December 01, 2006

25 Days...

It’s Friday, time for another entry in our “Christmas (Baby Please Come Home)” series. Darlene Love’s original and U2’s cover are somewhat similar—both pull out all the stops and go jingle-bells to the wall in sound, especially Love. Death Cab for Cutie’s version of the song is softer. It starts out stripped down—only lead singer Ben Gibbard and a guitar. Slowly, the song builds itself—crisp piano chimes in, the leisurely drums. Suddenly, the sadness of the song comes to the forefront. In the both of the prior versions we’ve posted here, that underlying melancholy of the song was perhaps difficult to recognize at first. Death Cab delivers a cover that does transform the song. It’s certainly not better than Darlene, but it’s definitely worth listening to.

Christmas (Baby Please Come Home) – Death Cab for Cutie


I’ve been taking weekends off the past few weeks. Since we’re in December finally, there is no slacking. Do you think Santa Claus is slacking? Do you think the elves are taking a cigarette break in the workshop? Hardly. I’ve been checking some other blogs courtesy Hype Machine and—it seems that many people have a strong dislike for Christmas tunes, especially what’s considered the old standards.

Where I’m from in Pennsylvania, there is a truly terrible radio station, WMRF. They play about fifteen Christmas songs all year. One reason I think people dislike Christmas songs is because radio stations do play those same songs. With the advent of blogs and satellite radio, hopefully people will finally hear all of the other great Christmas music out there. It’s too bad that radio stations with limited playlists and crappy DJs (talking about you, WMRF) subject listeners to John Mellancamp and Jewell deliver less than stellar versions of Christmas songs. Alright, I’ll step off the soapbox. Sorry.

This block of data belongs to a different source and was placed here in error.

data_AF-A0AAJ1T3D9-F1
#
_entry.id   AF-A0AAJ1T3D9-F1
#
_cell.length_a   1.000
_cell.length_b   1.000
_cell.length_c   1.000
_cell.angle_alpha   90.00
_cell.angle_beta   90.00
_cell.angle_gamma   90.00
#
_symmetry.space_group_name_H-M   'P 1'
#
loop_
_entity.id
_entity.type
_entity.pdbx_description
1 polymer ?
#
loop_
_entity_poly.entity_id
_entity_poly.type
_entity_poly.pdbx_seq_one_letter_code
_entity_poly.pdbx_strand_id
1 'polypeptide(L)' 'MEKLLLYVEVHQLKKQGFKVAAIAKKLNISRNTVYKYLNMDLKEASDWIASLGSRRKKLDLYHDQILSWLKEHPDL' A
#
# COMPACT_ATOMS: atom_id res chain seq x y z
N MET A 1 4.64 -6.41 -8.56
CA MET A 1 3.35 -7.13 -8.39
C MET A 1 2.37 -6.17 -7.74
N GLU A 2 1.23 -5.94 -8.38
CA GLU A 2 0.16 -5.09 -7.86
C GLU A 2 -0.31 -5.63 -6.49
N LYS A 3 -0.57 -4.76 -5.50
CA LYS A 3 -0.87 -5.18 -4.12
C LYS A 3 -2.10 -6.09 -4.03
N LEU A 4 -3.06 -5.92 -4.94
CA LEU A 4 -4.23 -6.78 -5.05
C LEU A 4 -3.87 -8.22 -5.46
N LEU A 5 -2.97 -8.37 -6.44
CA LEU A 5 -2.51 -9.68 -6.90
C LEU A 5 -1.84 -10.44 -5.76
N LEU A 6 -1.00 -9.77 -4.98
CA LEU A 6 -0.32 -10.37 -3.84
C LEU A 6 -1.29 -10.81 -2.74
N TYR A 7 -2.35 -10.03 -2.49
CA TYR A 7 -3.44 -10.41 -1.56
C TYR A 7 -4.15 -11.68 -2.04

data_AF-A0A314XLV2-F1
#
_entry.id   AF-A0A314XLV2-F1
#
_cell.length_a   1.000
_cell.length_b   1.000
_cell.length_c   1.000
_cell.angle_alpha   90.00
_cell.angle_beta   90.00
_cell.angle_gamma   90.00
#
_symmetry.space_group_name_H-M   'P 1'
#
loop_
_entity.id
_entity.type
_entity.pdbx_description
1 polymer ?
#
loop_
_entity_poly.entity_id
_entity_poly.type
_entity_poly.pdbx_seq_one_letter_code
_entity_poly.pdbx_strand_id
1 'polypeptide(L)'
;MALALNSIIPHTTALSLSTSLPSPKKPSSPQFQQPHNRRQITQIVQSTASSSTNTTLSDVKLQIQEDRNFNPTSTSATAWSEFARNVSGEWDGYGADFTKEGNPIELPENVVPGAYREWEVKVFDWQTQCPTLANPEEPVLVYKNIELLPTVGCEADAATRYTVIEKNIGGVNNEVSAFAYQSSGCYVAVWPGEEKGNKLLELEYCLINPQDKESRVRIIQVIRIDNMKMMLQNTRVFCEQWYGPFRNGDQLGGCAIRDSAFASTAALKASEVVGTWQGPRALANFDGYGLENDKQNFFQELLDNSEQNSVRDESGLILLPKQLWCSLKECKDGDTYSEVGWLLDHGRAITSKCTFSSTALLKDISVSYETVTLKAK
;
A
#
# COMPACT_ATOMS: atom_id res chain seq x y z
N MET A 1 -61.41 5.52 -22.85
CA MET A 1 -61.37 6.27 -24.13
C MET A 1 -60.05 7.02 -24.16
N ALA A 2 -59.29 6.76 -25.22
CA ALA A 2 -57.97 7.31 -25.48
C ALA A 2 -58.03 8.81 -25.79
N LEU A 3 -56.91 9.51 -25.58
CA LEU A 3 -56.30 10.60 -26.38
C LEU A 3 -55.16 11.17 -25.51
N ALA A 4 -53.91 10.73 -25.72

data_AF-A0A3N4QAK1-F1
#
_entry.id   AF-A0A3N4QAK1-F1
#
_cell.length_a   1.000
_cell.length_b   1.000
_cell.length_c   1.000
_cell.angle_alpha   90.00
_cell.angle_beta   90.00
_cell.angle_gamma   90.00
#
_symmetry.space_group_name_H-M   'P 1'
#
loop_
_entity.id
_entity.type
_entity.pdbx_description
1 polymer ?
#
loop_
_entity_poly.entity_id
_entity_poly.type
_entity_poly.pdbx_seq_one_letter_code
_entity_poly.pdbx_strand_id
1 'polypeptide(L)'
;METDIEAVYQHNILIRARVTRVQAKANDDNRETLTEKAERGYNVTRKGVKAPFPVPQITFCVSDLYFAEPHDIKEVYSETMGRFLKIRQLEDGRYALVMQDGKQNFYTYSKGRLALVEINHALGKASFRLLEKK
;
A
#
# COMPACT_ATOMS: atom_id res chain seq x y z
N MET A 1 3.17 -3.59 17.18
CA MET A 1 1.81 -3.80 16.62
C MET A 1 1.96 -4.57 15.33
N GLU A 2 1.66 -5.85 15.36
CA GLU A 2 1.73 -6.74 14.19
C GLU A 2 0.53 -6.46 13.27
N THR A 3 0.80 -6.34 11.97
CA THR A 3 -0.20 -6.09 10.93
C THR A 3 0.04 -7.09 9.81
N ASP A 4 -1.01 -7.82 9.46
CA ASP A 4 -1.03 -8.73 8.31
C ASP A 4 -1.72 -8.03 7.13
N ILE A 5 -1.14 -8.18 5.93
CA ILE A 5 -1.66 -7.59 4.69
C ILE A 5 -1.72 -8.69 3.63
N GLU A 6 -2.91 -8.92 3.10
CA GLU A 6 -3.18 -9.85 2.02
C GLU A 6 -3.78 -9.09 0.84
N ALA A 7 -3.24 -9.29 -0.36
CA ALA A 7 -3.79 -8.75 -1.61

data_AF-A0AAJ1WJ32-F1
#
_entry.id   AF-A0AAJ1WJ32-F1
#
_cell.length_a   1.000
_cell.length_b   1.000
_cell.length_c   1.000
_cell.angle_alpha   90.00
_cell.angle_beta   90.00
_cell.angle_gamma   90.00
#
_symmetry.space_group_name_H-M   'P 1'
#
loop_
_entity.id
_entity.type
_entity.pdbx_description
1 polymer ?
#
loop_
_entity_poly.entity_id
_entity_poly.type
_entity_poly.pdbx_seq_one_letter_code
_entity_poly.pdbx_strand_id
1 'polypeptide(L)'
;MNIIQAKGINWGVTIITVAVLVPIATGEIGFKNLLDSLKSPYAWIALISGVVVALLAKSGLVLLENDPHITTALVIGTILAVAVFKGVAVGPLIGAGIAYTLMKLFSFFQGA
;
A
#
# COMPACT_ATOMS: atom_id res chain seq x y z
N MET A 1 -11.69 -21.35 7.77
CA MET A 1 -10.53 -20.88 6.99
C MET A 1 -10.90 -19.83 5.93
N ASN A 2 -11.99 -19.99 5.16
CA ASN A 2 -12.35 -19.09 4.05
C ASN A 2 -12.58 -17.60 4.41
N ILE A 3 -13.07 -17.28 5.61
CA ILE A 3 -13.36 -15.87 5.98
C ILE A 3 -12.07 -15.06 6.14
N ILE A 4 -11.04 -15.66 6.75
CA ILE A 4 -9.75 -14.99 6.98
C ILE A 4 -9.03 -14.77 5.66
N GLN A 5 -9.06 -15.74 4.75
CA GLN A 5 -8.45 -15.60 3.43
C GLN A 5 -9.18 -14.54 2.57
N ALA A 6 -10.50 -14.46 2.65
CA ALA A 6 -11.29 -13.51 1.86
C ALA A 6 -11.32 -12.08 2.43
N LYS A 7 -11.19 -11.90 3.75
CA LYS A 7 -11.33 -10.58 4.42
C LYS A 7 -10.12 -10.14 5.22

Winter Wonderland – Darlene Love

This one is for PC, who’s experiencing the first winter storm of the season in Chicago. This one comes off that classic Spector Christmas album.

I’m Dream of a White Christmas – The Drifters

The vocals and bass propel this song. It’s great fun. Every time it’s on the radio (we have a great Christmas station where I now live) I can’t resist signing along.

I Yuts Go Nuts At Christmas – Yogi Yorgesson

Dr. Demento introduced me to this song. When I was a kid, I listened to Dr. Demento every Sunday night on the radio. Each year, he’d devote two shows to Christmas music. This is even on the Christmas album he compiled. I always thought that Yogi Yorgesson wasn’t really Yogi Yogesson but rather an actor. When I looked him up in Google, I was directed to this great biography for Harry Stewart.

Have Yourself A Merry Little Christmas – Ruth Brown

One version that I overlooked the other day. A soulful and jazzy take on the classic. It’s slow and, of course, depressing. But Brown’s full voice is beautiful throughout. It reminds me: I wonder if Nina Simone has any Christmas tunes? I honestly don’t know, but I’d love to hear one. I don’t know if you saw the comments from the “Have Yourself A Merry Little Christmas” post, but one of our readers posted a link to a Tori Amos version which is also very nice.

Christmas in Hollis – Run DMC

Our first and (probably) only hip hop song. This comes from A Very Special Christmas—we’ve posted many from that album and it’s well worth finally buying if you haven’t already. I remember this song from Die Hard, which is always a surprising entry on my top ten list of my favorite Christmas movies. This song’s a classic—I only said that this would probably be the only hip hop song because, well, sadly, I don’t know many others worth posting. But if you’ve got a suggestion, let me know and I’ll try to find it.

God Rest Ye Merry Gentlemen – Aimee Mann

For my money, Mann and McLachlan have the best new Christmas albums out this year. This version is unlike any other you’ve heard—it rocks. The arrangements (unmistakable Michael Penn, Mann’s husband) are amazing. But I have heard of another great Christmas album…

Christmas Time – The dB’s

Entertainment Weekly praised this album in last week’s issue. It’s pretty great. Okay, so technically, it came out in 1986 and has been expanded over the years, but this time around, you can get 21 tracks well worth listening to. For those of you sick of the same ole, same ole at Christmas, check this out.

Jingle Bells – Booker T. and the M.G.’s

If you’ve heard Booker T. and the M.G.’s before, try to imagine how this song sounds. Got it? Well, it’s actually even better than that!

Frosty the Snowman – Fats Domino

Man, I love Fats. This has that great sound that the man is know for.

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